“I don’t see anything incriminating there. … Any head of state should have done the same thing,” Putin said.

U.S. special counsel Robert Mueller concluded the Russian government interfered in the 2016 U.S. presidential election in a “sweeping and systematic fashion.” Putin has denied that conclusion and Trump has repeatedly sought to cast doubt on the findings.

The U.S. and European Union imposed sanctions on Russia over its annexation of Crimea from Ukraine in 2014 and its support for the separatists. Those penalties have hurt trade between Russia and the EU, and both sides are increasingly eager to end the conflict in Ukraine.

As Ukraine heads into possible peace talks with its nuclear-armed neighbor, “Russia is in a strong position,” Moscow-based analyst Masha Lipman told The Associated Press. “Russia has de facto control over part of Ukrainian territory, and Ukraine by the same token is in a weak position.”

Zelenskiy hailed Tuesday’s deal as a major step and the final hurdle before a much-anticipated summit between Zelenskiy, Putin and the leaders of France and Germany, who have helped mediate.

But other Ukrainian politicians said the accord opens the door to cementing Russia’s presence in the region, and they accuse Zelenskiy’s administration of sidelining society from the decision-making in such a crucial development. Many Ukrainians also worry European partners are giving up on their graft-ridden country and ready to resume business with Russia.

Anti-corruption activist Daria Kaleniuk argued that the Trump-Zelenskiy phone call is not only hurting Ukraine but also “damaging the reputation of the United States as a place where there is rule of law and a place where there are strong institutions.”

Now “it will be much harder now to convince Ukrainian leadership that we need to move on toward Western values and toward independent judiciary and law enforcement,” she said.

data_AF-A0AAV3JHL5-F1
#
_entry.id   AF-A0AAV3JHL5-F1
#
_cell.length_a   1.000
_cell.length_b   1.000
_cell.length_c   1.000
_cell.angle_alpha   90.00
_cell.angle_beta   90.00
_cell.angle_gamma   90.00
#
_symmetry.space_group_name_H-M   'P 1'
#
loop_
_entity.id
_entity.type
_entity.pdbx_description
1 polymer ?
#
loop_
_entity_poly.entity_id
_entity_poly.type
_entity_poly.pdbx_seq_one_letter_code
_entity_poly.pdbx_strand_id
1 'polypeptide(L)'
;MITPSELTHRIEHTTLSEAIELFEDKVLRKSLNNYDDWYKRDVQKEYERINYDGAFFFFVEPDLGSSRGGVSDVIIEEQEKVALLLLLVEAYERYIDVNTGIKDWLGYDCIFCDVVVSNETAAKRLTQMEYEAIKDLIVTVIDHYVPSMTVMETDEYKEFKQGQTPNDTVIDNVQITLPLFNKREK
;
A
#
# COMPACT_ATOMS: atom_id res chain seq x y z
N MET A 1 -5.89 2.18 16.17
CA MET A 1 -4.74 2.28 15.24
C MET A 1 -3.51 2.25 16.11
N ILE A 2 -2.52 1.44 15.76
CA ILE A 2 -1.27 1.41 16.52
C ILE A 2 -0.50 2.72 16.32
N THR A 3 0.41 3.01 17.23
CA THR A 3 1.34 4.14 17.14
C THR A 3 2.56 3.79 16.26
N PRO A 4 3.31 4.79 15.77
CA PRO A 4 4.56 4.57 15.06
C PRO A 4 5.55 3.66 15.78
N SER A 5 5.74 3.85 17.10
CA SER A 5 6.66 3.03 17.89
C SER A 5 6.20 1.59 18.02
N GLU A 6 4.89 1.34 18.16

“Ukraine is suffering, the U.S. is suffering _ the only group of people who are happy are those people in the Kremlin,” Kaleniuk added.

Former President Petro Poroshenko is among those Ukrainians accusing Zelenskiy of caving to Russia.

Poroshenko tried to distance himself from the U.S. impeachment inquiry but acknowledged he met Trump attorney Rudy Giuliani in 2017. He said Giuliani came to visit as a “friend of Ukraine” and they discussed “political support and investment” but nothing else. He wouldn’t elaborate.

Giuliani wants Ukraine to investigate Biden and his son Hunter, who served on the board of the Ukrainian gas company Burisma.

Speaking to reporters, Poroshenko said he “never ever spoke about commercial companies” with Trump, former President Barack Obama, Biden, or “any U.S. officials.”

___

Associated Press writers Nataliya Vasilyeva and Vladimir Isachenkov in Moscow contributed.

Copyright 2019 The Associated Press. All rights reserved. This material may not be published, broadcast, rewritten or redistributed.